How is everyone’s summer going? We are all well. However, I am finding that children at home means very little is getting done here. Okay, that is not exactly accurate. Messes are being made, battles between siblings are being waged and my sanity is slipping. My adorable offspring have not been idle! Seriously though, we have been having a wonderful summer but it does make carving out time to work a bit difficult.
For those of you who have been following this story (the Introduction and Chapter One are posted) you may notice changes in the pieces that you have already read. This is because as you all have been sending me suggestions I have been going back and updating my writing accordingly. I am very grateful to everyone who has emailed or commented. Many eyes are better than one set! A huge thank you to my brother-in-law Fred and my dear friend Miriam who are my special guinea pigs. They have been very helpful and patient!!!
It was early evening when Tim’s truck pulled into my gravel driveway. Alex had left in the mid-afternoon to get ready for the dinner rush at his restaurant. I felt a little guilty about the amount of time my brother was spending on my house, but I knew he had his own agenda for helping. Alex wanted me to stay home in Calistoga like he had. I wasn’t sure yet where home was for me.
Watching Tim open the white gate and come up my walk was unsettling. Coming back to my childhood haunts after years of being away was surreal, to say the least. Everything was exactly as it was, but nothing would ever be the same again. Tim was Tim. Yet, everything was different; he was different. Ten years had gone past. Time had betrayed us. We had grown up.
He was still the Tim I remembered: the wide smile, the crinkles in his face when he laughed, a twinkle in his hazel eyes at a joke and the spring in his step. If there were more wrinkles around his eyes than before, if the laugh was a bit slower in coming, well, I had changed, too.
I could tell from the set of his shoulders and the way he moved that he was worn out. Even so, his weary smile was infectious. I was dead tired from stripping wallpaper and sanding all afternoon, but I could not help grinning back.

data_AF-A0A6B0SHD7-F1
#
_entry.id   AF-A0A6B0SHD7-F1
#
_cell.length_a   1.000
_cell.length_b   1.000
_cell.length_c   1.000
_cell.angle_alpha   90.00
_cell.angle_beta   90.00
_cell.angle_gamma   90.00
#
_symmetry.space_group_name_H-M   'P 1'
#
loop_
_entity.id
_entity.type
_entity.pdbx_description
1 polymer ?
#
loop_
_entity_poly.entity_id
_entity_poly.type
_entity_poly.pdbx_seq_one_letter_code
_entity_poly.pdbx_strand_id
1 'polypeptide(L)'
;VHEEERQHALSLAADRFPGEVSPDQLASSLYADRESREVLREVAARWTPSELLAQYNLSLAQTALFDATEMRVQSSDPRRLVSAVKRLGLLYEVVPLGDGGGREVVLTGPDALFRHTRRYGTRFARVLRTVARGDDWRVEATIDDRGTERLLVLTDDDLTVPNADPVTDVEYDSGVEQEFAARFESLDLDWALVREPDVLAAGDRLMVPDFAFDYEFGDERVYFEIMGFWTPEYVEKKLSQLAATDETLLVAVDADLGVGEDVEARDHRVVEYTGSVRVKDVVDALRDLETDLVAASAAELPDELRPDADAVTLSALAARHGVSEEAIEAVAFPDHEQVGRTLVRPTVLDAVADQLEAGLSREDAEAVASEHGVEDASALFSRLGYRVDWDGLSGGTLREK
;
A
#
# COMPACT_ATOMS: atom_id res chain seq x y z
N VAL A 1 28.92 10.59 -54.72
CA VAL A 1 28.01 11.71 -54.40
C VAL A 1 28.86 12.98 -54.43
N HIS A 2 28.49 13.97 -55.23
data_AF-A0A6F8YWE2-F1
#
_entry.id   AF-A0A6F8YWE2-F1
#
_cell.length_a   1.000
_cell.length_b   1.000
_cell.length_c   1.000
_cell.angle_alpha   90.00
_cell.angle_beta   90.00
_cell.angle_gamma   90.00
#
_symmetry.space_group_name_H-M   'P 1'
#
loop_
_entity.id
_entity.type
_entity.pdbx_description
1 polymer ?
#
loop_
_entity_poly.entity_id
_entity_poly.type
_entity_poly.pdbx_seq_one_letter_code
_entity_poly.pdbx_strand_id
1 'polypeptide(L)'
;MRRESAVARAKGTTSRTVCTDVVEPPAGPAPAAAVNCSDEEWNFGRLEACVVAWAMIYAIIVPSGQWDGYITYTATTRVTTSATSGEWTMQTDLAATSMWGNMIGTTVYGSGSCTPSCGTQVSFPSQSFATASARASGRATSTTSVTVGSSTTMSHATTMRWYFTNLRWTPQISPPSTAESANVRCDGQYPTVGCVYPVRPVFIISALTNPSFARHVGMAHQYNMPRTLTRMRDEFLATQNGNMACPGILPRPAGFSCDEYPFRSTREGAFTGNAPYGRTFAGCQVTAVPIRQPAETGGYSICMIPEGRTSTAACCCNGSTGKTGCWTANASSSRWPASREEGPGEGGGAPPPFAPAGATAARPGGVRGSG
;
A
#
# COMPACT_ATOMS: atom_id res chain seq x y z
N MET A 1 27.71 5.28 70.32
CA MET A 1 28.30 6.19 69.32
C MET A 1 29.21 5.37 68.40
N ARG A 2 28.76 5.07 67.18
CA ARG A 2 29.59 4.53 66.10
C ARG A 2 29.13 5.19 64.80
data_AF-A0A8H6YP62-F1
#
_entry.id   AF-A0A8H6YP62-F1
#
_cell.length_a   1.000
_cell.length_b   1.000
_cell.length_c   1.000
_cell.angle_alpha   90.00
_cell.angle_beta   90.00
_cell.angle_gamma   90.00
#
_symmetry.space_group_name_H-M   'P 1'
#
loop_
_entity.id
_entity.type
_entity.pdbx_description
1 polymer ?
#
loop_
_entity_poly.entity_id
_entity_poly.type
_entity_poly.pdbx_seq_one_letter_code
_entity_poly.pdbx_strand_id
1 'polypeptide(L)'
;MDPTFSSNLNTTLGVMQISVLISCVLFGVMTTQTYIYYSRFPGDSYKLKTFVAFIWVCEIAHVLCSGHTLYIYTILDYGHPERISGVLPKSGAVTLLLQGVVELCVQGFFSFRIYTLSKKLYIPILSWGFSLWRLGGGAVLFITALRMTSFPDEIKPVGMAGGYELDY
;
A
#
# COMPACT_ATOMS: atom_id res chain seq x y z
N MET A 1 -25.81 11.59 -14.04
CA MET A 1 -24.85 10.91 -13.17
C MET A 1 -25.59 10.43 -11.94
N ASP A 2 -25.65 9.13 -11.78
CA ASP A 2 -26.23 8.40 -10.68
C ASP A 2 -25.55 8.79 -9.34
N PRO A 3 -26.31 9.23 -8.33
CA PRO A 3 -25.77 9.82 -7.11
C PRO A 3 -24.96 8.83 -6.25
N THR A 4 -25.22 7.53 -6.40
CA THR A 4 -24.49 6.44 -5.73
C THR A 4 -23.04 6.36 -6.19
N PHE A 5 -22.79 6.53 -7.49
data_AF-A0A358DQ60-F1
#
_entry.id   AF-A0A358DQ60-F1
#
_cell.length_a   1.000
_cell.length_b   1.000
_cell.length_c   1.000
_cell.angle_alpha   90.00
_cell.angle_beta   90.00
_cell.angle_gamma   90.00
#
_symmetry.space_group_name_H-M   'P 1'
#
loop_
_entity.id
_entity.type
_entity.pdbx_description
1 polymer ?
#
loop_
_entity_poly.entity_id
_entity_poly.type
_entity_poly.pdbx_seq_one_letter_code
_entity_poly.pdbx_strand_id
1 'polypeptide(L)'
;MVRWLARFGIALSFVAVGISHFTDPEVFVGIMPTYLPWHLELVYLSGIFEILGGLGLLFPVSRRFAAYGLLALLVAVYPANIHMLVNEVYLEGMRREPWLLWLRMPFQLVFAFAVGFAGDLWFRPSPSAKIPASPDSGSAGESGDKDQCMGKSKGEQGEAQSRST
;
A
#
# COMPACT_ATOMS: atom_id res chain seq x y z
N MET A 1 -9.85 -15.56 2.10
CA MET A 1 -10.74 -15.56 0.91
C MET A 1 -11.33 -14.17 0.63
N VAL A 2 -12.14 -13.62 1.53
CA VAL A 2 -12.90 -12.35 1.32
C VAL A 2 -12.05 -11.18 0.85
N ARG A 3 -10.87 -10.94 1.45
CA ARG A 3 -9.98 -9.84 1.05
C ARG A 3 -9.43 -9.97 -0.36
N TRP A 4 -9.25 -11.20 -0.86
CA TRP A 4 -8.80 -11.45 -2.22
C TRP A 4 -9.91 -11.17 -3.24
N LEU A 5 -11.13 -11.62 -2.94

“Oh, the day I’ve had,” he started, but I held up one hand to stop him.
With a sudden inspiration I pointed to the porch swing and I ordered, “Sit! I’ll be right back.”
I ran to the kitchen and grabbed a few essentials. I whisked these back to where Tim waited. Then I dragged over the little outdoor table from the chairs on the other side of the wide porch. I put down a basket of tortilla chips and a bowl of my homemade salsa. I opened two beers and added lime wedges to each of them. Handing a beer over, I raised my own bottle and clinked it to his. “Salud.”
“Corona, with fresh lime? You remembered. Wow, is that your grandma’s special salsa recipe?”
“Yep, made it yesterday. You look like you could use a little Friday pick-me-up.”
Tim squeezed the lime and pushed it into his beer bottle. Then he took a long swallow. Letting out a sigh he raised his bottle in turn to me. “You, my dear Siobhan, are a goddess.”
“Oh sure, I bet you say that to all the girls.”
We sat in silence for a moment. The beer was cold, the breeze was picking up and it was nice just to be. “This is great,” said Tim.
I raised one eyebrow and munched on a chip. I waited to see which way this was going to go.
Tim looked at me and then at the salsa, “I’m scared to try it,” he admitted. “What if it isn’t as wonderful as I remember?”
Our eyes met for a minute. “Oh please, Tim, you never had it so good.”
Tim gave me a mischievous grin and scooped a chip full of the salsa. His eyebrows lifted in delight and he slapped one hand on his knee. “Better than I remembered! When will you let me have this recipe?”
I shrugged, but basked in his enjoyment.
“Here you are, young lady, legally allowed to imbibe alcoholic beverages at last.”
“Right, like that extra year you have on me gives you so much moral high ground in this area.”
“You bet your life on it.”
“Hard to believe that the last time I saw you, you weren’t of legal drinking age,” he said. “Not that it ever stopped you.”
“Just a few months shy,” I muttered. This was about as far down memory lane as I wanted to go.